A typical lunch meal, wether served in a cafe or prepared at home is very similar. It always include a grilled protein (with gravy or without) and a side of vegetables (steamed or sautéed) and a small serving of carbs. Very often a side salad is served as well. The ratio on your plate is roughly one 3rd of each protein, carbs, and vegetable fiber. 
This meal is ALWAYS topped with a small cup of coffee (typically and espresso) to aid digestion. 

In India, lunch breaks in the corporate world and in school happen around 1pm and in homes even later. 
What is eaten at lunch time is usually heavier than what is eaten in Switzerland. A proper Indian lunch meal  include a cup of dal (lentils), a vegetable curry or two, a cup plain of yogurt, 2-3 roti (flat bread) and 2 cups of rice. A side salad of sliced cucumber and tomatoes is often added, and in some cases the meal ends with something sweet.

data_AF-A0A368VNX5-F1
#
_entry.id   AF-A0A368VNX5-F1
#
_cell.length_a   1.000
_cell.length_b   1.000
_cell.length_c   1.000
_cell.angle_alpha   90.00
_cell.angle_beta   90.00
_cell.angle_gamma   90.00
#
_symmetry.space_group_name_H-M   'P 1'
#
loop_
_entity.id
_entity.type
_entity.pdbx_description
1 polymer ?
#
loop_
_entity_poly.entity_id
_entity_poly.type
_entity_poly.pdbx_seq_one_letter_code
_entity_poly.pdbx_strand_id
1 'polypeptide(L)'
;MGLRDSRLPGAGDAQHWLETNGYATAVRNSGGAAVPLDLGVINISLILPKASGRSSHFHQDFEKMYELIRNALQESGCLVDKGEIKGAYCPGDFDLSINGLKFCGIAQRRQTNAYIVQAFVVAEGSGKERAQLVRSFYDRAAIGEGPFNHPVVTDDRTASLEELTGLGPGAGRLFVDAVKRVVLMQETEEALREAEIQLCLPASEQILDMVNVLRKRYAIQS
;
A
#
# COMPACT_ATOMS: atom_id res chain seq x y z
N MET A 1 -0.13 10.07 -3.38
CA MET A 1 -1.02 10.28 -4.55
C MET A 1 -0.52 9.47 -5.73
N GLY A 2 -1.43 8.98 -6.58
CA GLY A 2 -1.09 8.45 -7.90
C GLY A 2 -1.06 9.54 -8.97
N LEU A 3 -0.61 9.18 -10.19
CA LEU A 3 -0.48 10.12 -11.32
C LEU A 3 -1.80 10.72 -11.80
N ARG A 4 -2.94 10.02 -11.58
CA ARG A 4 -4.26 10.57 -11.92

No warm beverage is consumed post meal and usually people have about 30 minutes to 1 hour max to consume their lunch. 
Nobody really has time to come home for lunch in cities, and people usually pack their lunch early in the morning. 

The afternoon snack deal

In Switzerland, it is called "gouter" in French and is a kids after school snack and rarely a thing adults do. It happens right after school ends at 4pm, and is either served to kids in school if they are part of the after school programme or at home before kids head for an after school activity class or go play in the playground.